The best way to tackle Lahi’s extensive menu of Filipino comfort food favorites is to divide and conquer: Bring your quarantine pod and order a variety of dishes to share––just make sure you get enough rice for everyone. Popular menu items include crispy pata; pancit (sauteed noodles with meat and vegetables); sisig (served on a sizzling hot plate); and BBQ skewers.
How to order: Indoor and outdoor seating is first come, first served.

Mama Fina's
Photo by Jeremy Orozco

Mama Fina's

East Village

This NYC branch of a New Jersey mainstay offers its signature dish, sizzling sisig, in several varieties. The pork sisig is made with crispy chopped pork belly (rather than the traditional pig’s head); and pusit (squid); bangus (milkfish); chicken; and tofu round out the sisig offerings. Filipino breakfast is served all day and consists of garlic fried rice, two over easy eggs, and your choice of breakfast meat, with options including tapa (marinated beef); tocino (sweet pork; and longanisa.
How to order: Outdoor seating is first come, first served. Order delivery via website.

Papa's Kitchen
Photo courtesy of Mereck Forrester

Papa's Kitchen

Jackson Heights

Siblings Maribeth and Miguel Roa run Papa’s Kitchen, named in tribute to their father. The menu leans toward traditional fare and includes pork-filled lumpia (fried spring rolls); crispy pata (deep-fried pork trotters); chicken adobo; and lechon kawali (deep-fried pork belly, a popular choice for birthdays and other celebrations. On weekends, they serve ube (purple yam) pancakes infused with mascarpone cheese, topped with a creamy ube sauce, chicken cracklings, and seasonal fruit. 
How to order: Indoor and outdoor seating is first come, first served. Order delivery via website.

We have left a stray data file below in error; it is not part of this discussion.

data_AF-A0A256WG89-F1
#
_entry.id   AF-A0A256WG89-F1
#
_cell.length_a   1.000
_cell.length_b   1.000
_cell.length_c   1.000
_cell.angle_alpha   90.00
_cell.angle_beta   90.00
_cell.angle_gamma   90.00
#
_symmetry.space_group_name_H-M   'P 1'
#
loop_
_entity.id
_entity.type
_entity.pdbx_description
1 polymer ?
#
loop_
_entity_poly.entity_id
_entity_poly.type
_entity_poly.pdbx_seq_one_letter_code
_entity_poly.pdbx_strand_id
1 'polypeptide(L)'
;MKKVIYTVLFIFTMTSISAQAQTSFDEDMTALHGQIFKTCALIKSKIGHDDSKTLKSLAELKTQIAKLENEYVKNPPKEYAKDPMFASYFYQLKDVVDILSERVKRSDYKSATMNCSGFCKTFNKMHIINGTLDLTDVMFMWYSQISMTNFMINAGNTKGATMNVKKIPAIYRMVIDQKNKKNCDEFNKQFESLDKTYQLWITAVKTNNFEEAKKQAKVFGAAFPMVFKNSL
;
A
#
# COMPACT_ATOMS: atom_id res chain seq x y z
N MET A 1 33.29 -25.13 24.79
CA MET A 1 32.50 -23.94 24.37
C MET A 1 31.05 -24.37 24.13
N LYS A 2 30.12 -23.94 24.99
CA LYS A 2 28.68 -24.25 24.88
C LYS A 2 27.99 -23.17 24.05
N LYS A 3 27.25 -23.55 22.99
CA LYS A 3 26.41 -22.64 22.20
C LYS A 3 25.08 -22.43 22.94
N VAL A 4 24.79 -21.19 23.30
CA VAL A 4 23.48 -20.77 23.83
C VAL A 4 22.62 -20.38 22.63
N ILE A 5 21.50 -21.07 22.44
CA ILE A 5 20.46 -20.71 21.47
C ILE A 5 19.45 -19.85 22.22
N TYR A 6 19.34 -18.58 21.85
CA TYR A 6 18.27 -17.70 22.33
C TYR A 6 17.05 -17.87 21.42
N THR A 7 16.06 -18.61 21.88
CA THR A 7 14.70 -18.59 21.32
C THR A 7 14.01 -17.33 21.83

Pig and Khao
Photo by Melissa Hom

Pig and Khao

Lower East Side

Chef Leah Cohen’s modern Southeast Asian menu is typically served in a bustling, vibrantly colored dining room that reflects the bold flavors of the dishes. For 2020, they’re serving up a street food menu from a walk-up window. Filipino-inspired offerings include chicken adobo (served with baby bok choy and jasmine rice); sisig (featuring braised, grilled, and diced pork head); and halo-halo topped with leche flan and a scoop of ube ice cream.
How to order: Walk up to the takeout window (dine-in not currently offered). Order delivery via Caviar.

Purple Yam
Photo by Neal Oshima

Purple Yam

Ditmas Park

Crispy ukoy (vegetable and shrimp fritter); kare kare (oxtail stew with peanut sauce, served with fermented shrimp paste); and chicken adobo (their most popular dish since day one) are just some of the classic Filipino dishes offered at this cozy eatery with additional seating in their backyard. Make sure to save room for dessert for classics like leche flan; halo-halo; and buko pie; plus a calamansi tart with blueberries and guava sorbet.
How to order: Outdoor seating is first come, first served. Indoor dining is not currently offered.

This no-frills spot serves up homestyle Filipino dishes in a simple space, with a few outdoor tables added for socially distanced dining. Mains like sinigang (tamarind soup); dinuguan (pork blood stew); and crispy pata are made to order and big enough to share.
How to order: Outdoor seating is first come, first served.

This laid-back spot specializes in Filipino comfort food, with a menu that encompasses popular staples and unique house specialties that aren’t as commonly found. Classic dishes like sinigang; adobong baboy (pork adobo); beef kaldereta (spicy beef stew); and pancit are offered alongside house specialties like inihaw na panga (grilled tuna jaw); kalderetang kambing (spicy goat meat stew); and inihaw bangus (grilled whole fish).
How to order: Reservations are recommended by calling 718-205-7299 or 718-205-7295 for indoor and outdoor seating. Order delivery via Uber Eats.